A first-time collaboration between two American noise/sound artists, Tim Albro and Tyler Keen, using electronics, guitars and other lo- to medium-fi sounds and crackles to create well-paced stories in sound, apparently mysterious travelogues from city to city.
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Catalog ID: ErstAEU 007
Squidco Product Code: 22195
Recorded at Tim's house in Jacksonville, Flordia, in November 2013, by Tim.
Tim Albro-performer, composer
Tyler Keen-performer, composer
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1. Atlanta to Austin 12:30
2. Worcester to Middletown 8:21
3. Philadelphia to New Orleans 7:36
4. Providence to Jacksonville 8:09
5. Augusta to Atlanta 13:42
New in Experimental & Electronic Music
sample the album:
"An interviewer once asked Jean Smith of Mecca Normal to make sense of her work, and she responded "I can't help you there, you're on your own." She sings, plays, writes, and paints; the response is all on you. I often think of that when playing the albums from Erstwhile Records' ErstAEU imprint. The formal parameters are pretty clear; each CD is a first-time collaboration between two newer American noise/sound artists. But beyond that, you're on your own. The packaging tends to be quite attractive but not terribly explanatory, and the annotation is pretty minimal.
Take Summary Dismissal, for example. The outside of the digipak sports a fabric pattern and the inside a photo of an empty ball field. "Guitars, electronics, objects deployed by both Tim and Tyler. Recorded Nov 2013 in Jacksonville, FL by Tim at Tim's house," reads the credit. Is it improvised? Constructed? Music? Noise? Is it consciously conceptual or generated without prior planning? You're on your own.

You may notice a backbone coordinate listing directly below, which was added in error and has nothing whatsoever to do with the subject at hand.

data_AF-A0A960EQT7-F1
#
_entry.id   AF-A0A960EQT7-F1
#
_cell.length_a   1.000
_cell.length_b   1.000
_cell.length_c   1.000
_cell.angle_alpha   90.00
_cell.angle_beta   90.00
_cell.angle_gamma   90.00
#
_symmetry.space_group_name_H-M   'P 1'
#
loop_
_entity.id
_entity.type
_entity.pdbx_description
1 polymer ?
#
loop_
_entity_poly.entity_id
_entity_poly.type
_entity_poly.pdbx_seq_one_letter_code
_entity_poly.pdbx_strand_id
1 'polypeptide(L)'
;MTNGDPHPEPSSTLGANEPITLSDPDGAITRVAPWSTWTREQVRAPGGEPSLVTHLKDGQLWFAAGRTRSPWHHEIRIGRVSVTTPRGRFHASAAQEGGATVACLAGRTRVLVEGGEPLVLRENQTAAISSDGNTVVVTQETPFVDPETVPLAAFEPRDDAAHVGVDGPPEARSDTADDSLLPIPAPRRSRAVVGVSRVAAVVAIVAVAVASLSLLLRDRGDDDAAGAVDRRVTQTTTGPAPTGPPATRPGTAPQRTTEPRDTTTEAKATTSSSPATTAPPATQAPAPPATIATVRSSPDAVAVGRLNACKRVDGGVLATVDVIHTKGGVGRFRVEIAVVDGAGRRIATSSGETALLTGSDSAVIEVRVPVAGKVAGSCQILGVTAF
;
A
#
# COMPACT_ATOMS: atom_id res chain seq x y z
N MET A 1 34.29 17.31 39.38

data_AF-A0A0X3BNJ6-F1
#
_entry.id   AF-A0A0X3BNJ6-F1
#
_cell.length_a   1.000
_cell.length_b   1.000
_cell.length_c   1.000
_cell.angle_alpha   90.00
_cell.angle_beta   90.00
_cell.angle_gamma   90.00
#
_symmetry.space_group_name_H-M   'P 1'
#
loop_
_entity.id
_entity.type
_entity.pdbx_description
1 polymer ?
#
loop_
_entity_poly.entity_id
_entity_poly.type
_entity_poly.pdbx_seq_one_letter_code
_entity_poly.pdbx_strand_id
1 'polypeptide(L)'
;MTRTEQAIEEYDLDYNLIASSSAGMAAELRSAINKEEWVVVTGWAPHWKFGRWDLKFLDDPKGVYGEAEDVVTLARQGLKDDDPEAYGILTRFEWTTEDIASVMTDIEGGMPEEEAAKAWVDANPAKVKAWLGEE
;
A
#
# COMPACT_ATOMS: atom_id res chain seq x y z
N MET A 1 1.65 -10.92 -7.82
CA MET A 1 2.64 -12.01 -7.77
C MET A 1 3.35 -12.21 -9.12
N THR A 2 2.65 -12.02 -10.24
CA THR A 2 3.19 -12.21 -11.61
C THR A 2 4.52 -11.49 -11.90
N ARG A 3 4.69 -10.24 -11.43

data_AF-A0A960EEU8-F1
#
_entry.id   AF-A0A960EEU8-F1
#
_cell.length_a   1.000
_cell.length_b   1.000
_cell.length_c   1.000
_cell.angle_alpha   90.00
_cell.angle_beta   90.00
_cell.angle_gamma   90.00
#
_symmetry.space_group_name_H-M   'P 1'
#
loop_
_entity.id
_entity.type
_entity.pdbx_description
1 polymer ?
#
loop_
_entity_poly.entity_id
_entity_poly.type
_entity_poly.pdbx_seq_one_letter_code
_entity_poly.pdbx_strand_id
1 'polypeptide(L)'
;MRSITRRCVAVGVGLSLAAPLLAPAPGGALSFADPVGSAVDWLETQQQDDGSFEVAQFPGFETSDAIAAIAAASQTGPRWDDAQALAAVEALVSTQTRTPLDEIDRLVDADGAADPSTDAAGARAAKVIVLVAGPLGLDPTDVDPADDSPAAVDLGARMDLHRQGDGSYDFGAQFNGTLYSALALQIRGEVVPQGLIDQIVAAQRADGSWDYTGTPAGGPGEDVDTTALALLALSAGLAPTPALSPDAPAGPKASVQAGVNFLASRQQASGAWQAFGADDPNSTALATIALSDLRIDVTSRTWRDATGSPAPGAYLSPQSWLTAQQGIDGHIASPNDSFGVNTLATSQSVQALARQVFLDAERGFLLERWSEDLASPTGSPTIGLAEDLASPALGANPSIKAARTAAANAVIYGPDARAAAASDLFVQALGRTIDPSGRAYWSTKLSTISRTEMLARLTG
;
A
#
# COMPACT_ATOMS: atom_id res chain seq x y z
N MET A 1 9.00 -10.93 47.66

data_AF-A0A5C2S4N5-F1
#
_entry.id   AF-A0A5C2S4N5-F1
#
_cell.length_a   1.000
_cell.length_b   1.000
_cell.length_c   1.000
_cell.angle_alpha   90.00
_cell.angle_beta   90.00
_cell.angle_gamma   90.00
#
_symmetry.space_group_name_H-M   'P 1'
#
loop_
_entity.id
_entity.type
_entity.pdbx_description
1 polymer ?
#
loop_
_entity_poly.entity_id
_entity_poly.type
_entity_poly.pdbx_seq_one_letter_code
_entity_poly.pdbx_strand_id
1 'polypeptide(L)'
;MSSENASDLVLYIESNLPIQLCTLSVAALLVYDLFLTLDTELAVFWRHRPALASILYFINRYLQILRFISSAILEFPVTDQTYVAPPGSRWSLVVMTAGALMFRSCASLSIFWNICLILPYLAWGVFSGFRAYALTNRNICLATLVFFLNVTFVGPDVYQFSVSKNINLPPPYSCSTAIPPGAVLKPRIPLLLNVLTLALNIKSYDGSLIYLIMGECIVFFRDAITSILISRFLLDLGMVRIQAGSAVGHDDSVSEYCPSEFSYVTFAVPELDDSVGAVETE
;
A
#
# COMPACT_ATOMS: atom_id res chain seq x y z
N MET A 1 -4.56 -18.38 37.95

This CD does stand out within the ErstAEU catalog for the space it gives to a guitar that is being played in such a way that you can tell what it is. You'll hear brief strums, bright slides, and stark harmonics that might recall decades-old recordings by Keith Rowe and Derek Bailey alongside less definable bumps, scrapes, and rustles, as well as swelling feedback and low-rent electronic buzzes. But were these sounds made in response or opposition to one another? Where they placed in an imitation of free improvisation? Given the format and the lack of clues, there's really no telling.
And perhaps that's the point. For all their muteness, these sounds are compelling. They command inquiry even if they decline to facilitate it, and perhaps that's the real point of this CD. John Cage pointed out back in the days of rotary phones that it's the act of listening that finds the music. The effort to decode sounds and the associative freight of the sounds being decoded are as much of a duet as the interaction between Keen and Albro."-Bill Meyer, Dusted Magazine